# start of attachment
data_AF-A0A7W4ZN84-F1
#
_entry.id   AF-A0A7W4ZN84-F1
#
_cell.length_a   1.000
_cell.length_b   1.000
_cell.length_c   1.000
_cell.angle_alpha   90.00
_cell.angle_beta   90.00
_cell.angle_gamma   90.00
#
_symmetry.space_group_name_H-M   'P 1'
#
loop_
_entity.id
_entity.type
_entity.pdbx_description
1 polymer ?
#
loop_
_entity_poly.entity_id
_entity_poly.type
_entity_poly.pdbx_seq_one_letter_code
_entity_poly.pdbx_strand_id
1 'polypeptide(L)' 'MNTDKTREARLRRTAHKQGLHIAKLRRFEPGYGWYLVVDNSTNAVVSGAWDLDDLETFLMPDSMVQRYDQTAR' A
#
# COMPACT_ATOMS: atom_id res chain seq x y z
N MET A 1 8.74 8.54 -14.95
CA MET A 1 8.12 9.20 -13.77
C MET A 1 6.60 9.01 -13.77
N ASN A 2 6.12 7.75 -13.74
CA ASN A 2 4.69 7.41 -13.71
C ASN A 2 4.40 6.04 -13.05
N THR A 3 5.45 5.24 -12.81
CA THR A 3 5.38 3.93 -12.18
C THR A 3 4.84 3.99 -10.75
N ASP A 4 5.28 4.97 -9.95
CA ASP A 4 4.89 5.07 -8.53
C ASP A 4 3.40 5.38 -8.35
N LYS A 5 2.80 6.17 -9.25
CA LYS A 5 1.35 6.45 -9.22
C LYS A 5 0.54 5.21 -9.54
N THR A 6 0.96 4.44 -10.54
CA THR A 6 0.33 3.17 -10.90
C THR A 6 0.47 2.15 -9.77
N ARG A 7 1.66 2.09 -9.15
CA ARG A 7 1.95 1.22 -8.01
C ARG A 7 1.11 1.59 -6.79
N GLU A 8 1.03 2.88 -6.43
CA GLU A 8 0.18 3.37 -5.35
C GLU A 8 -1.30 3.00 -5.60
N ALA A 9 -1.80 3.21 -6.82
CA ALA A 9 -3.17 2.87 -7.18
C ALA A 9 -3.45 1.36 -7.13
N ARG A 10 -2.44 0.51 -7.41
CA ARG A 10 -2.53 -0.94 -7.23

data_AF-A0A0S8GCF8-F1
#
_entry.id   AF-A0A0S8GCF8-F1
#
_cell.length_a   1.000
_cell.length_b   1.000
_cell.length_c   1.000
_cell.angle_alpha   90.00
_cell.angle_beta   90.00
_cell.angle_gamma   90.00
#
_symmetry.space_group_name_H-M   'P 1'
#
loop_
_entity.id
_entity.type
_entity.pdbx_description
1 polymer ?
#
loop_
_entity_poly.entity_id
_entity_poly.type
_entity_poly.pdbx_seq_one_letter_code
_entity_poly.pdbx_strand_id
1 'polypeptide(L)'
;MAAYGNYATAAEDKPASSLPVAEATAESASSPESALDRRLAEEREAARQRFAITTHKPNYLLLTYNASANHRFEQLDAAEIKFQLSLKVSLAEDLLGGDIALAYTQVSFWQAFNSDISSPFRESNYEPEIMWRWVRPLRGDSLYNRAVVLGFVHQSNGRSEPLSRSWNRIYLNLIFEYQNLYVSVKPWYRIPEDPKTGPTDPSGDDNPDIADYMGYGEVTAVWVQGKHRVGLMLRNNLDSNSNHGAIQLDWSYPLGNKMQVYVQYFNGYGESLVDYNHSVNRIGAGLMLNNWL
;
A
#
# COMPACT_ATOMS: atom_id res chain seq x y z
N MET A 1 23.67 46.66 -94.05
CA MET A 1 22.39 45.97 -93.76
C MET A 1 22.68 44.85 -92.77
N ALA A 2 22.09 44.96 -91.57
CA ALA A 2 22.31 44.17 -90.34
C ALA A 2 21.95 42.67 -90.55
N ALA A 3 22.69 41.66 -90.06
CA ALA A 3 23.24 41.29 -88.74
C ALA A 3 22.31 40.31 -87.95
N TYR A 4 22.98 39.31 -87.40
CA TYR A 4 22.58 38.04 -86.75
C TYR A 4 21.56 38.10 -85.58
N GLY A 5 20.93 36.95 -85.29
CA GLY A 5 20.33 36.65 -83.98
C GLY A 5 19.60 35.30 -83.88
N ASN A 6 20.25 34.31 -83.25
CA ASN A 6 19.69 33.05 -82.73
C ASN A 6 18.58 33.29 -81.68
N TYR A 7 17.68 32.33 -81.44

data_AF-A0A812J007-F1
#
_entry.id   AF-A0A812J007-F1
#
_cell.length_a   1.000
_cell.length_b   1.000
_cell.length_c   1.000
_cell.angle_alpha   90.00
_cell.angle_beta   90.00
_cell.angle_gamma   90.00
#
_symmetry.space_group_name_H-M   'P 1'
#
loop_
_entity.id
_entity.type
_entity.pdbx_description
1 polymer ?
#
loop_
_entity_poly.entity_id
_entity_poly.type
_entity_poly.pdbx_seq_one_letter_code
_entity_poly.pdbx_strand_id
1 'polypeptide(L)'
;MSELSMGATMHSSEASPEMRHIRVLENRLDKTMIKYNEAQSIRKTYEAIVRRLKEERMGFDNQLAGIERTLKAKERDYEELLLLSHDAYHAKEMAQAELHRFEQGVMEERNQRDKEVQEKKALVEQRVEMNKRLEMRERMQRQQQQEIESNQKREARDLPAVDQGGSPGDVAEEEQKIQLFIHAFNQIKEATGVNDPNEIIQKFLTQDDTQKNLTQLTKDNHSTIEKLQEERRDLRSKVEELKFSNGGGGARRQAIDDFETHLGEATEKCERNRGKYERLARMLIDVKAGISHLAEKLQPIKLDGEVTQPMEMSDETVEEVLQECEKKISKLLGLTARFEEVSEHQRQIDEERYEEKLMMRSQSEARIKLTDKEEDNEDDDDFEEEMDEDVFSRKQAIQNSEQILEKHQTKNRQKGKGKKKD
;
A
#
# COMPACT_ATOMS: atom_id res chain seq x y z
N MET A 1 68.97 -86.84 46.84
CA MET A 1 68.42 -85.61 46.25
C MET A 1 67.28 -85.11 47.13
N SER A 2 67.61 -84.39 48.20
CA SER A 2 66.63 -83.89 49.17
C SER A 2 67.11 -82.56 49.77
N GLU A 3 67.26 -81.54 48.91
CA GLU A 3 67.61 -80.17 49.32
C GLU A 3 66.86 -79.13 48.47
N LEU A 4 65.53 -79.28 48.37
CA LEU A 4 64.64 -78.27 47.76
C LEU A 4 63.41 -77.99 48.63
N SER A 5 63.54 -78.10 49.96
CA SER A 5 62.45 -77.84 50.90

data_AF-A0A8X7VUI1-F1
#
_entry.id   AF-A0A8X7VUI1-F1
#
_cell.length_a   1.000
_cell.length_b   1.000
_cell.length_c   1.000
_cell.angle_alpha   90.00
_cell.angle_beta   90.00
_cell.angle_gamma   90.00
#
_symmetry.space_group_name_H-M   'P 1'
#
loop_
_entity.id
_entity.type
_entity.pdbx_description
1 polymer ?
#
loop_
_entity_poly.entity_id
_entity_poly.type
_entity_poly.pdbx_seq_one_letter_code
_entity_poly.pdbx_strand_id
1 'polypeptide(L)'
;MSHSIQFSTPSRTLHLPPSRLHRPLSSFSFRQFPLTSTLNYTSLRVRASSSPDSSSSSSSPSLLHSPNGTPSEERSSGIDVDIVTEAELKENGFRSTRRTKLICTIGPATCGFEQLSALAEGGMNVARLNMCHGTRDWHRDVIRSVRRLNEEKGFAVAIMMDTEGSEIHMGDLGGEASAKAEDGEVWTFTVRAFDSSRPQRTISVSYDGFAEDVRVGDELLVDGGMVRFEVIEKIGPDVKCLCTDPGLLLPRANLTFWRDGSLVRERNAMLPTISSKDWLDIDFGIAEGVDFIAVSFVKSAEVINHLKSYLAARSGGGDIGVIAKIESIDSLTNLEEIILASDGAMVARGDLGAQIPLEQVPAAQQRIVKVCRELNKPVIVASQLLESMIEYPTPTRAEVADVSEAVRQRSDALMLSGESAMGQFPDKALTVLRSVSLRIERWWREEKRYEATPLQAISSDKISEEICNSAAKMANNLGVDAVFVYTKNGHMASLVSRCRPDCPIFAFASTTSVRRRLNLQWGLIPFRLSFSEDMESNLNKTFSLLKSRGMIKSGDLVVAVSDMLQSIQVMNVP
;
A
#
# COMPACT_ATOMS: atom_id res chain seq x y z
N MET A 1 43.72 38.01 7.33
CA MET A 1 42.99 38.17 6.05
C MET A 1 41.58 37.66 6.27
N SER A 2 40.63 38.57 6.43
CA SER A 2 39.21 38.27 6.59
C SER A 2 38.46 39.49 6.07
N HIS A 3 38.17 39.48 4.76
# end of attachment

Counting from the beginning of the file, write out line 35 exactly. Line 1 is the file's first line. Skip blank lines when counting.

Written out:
CA THR A 3 5.38 3.93 -12.18